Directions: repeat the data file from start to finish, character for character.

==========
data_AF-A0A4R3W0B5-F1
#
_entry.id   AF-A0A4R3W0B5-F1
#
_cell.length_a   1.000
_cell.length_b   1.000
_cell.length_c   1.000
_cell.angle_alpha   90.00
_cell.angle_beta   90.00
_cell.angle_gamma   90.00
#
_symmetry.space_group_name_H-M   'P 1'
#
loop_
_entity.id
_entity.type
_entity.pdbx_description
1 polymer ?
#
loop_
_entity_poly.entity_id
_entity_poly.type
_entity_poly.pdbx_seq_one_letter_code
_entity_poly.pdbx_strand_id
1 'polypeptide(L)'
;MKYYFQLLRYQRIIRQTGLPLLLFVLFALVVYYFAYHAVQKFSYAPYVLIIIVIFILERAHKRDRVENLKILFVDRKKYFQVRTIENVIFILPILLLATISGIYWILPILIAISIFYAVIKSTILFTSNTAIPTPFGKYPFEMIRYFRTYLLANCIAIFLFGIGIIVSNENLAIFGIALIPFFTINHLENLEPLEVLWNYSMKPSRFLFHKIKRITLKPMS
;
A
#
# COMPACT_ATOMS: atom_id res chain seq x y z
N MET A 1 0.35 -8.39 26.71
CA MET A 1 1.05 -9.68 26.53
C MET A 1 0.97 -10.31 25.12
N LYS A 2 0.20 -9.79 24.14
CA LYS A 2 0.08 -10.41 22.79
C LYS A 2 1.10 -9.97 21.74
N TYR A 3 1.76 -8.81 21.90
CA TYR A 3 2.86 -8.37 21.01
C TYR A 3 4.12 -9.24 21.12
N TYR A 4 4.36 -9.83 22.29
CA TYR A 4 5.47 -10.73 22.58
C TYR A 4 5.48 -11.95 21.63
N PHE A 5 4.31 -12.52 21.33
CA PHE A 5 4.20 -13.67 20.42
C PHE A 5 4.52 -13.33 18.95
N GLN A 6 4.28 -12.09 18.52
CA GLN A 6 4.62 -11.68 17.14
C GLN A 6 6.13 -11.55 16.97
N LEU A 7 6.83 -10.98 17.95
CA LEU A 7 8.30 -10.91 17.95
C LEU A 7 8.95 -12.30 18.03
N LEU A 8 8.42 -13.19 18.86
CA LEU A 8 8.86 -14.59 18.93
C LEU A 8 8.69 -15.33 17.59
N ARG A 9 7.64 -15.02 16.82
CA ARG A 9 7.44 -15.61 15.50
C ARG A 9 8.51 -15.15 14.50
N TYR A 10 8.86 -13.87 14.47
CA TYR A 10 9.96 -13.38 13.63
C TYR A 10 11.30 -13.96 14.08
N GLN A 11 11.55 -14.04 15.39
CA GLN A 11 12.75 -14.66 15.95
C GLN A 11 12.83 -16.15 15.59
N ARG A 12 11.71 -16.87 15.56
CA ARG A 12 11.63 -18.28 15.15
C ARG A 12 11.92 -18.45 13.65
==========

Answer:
data_AF-A0A4R3W0B5-F1
#
_entry.id   AF-A0A4R3W0B5-F1
#
_cell.length_a   1.000
_cell.length_b   1.000
_cell.length_c   1.000
_cell.angle_alpha   90.00
_cell.angle_beta   90.00
_cell.angle_gamma   90.00
#
_symmetry.space_group_name_H-M   'P 1'
#
loop_
_entity.id
_entity.type
_entity.pdbx_description
1 polymer ?
#
loop_
_entity_poly.entity_id
_entity_poly.type
_entity_poly.pdbx_seq_one_letter_code
_entity_poly.pdbx_strand_id
1 'polypeptide(L)'
;MKYYFQLLRYQRIIRQTGLPLLLFVLFALVVYYFAYHAVQKFSYAPYVLIIIVIFILERAHKRDRVENLKILFVDRKKYFQVRTIENVIFILPILLLATISGIYWILPILIAISIFYAVIKSTILFTSNTAIPTPFGKYPFEMIRYFRTYLLANCIAIFLFGIGIIVSNENLAIFGIALIPFFTINHLENLEPLEVLWNYSMKPSRFLFHKIKRITLKPMS
;
A
#
# COMPACT_ATOMS: atom_id res chain seq x y z
N MET A 1 0.35 -8.39 26.71
CA MET A 1 1.05 -9.68 26.53
C MET A 1 0.97 -10.31 25.12
N LYS A 2 0.20 -9.79 24.14
CA LYS A 2 0.08 -10.41 22.79
C LYS A 2 1.10 -9.97 21.74
N TYR A 3 1.76 -8.81 21.90
CA TYR A 3 2.86 -8.37 21.01
C TYR A 3 4.12 -9.24 21.12
N TYR A 4 4.36 -9.83 22.29
CA TYR A 4 5.47 -10.73 22.58
C TYR A 4 5.48 -11.95 21.63
N PHE A 5 4.31 -12.52 21.33
CA PHE A 5 4.20 -13.67 20.42
C PHE A 5 4.52 -13.33 18.95
N GLN A 6 4.28 -12.09 18.52
CA GLN A 6 4.62 -11.68 17.14
C GLN A 6 6.13 -11.55 16.97
N LEU A 7 6.83 -10.98 17.95
CA LEU A 7 8.30 -10.91 17.95
C LEU A 7 8.95 -12.30 18.03
N LEU A 8 8.42 -13.19 18.86
CA LEU A 8 8.86 -14.59 18.93
C LEU A 8 8.69 -15.33 17.59
N ARG A 9 7.64 -15.02 16.82
CA ARG A 9 7.44 -15.61 15.50
C ARG A 9 8.51 -15.15 14.50
N TYR A 10 8.86 -13.87 14.47
CA TYR A 10 9.96 -13.38 13.63
C TYR A 10 11.30 -13.96 14.08
N GLN A 11 11.55 -14.04 15.39
CA GLN A 11 12.75 -14.66 15.95
C GLN A 11 12.83 -16.15 15.59
N ARG A 12 11.71 -16.87 15.56
CA ARG A 12 11.63 -18.28 15.15
C ARG A 12 11.92 -18.45 13.65